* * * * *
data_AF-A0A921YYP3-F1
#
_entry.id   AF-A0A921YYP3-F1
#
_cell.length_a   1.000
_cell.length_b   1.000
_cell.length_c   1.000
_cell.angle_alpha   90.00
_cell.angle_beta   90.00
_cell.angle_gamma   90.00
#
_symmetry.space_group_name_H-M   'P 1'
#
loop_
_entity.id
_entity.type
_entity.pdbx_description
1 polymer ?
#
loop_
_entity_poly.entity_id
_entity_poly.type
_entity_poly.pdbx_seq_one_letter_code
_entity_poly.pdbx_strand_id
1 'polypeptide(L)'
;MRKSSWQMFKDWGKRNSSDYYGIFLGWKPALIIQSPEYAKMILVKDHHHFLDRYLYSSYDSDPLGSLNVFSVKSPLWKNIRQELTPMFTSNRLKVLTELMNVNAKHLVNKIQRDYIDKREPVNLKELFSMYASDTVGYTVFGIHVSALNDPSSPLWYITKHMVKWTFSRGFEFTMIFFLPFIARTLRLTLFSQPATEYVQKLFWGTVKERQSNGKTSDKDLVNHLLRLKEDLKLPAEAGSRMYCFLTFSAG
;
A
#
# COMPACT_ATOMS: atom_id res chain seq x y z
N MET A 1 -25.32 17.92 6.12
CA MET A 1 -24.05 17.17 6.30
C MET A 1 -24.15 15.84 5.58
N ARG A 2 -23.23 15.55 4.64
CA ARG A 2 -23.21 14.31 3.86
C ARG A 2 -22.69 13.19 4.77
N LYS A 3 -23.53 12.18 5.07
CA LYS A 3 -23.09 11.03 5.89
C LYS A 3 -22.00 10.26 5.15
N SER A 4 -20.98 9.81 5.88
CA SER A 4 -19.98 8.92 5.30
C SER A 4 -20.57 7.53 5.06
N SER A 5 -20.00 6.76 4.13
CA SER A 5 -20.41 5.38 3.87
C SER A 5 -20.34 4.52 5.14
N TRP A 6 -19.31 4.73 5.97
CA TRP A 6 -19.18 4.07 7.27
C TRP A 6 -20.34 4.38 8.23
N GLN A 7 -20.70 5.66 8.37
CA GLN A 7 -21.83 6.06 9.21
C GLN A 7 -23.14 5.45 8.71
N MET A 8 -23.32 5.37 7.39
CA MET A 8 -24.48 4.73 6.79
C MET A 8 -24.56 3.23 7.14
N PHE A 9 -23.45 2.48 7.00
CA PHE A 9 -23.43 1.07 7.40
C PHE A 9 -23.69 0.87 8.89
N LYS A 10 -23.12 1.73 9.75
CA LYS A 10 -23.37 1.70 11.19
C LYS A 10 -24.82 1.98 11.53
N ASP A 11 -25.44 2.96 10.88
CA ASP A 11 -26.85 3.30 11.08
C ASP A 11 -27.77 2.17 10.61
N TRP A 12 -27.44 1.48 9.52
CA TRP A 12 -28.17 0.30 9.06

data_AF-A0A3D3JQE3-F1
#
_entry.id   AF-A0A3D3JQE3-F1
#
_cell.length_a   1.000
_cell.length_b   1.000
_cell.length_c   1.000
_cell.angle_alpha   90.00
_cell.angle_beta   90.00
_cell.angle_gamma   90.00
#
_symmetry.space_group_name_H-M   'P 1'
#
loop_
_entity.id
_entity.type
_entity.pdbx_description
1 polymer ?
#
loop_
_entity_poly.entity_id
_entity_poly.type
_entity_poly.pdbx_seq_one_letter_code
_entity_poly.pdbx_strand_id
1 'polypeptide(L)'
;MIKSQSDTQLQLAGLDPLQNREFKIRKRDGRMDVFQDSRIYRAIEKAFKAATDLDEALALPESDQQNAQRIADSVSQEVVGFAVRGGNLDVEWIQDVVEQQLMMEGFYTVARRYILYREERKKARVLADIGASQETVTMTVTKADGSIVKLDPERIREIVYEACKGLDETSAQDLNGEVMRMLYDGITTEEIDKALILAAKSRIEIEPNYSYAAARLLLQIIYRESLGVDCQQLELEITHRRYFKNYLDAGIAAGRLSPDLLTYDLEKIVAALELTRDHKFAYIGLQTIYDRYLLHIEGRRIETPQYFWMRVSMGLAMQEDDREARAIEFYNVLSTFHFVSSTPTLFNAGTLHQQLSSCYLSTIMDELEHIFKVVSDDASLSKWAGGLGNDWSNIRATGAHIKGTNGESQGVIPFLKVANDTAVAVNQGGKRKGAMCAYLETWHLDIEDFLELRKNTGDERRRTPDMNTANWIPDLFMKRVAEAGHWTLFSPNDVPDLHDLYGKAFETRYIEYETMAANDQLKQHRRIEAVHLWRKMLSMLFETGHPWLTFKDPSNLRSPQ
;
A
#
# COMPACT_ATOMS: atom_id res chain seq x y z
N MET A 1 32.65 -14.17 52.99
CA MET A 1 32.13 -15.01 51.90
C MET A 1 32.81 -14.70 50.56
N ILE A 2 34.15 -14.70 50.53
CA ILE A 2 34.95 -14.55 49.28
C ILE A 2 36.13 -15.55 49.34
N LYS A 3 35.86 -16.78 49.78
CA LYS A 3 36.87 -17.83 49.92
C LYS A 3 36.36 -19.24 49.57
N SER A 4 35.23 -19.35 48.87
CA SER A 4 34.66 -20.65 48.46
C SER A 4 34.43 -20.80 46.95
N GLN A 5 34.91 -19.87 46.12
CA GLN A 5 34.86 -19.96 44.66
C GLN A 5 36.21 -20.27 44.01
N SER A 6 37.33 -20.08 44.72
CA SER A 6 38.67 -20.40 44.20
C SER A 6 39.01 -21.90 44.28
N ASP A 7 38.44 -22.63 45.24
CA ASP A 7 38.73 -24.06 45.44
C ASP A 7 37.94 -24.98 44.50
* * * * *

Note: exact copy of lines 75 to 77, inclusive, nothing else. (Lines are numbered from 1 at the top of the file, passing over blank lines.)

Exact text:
_cell.angle_gamma   90.00
#
_symmetry.space_group_name_H-M   'P 1'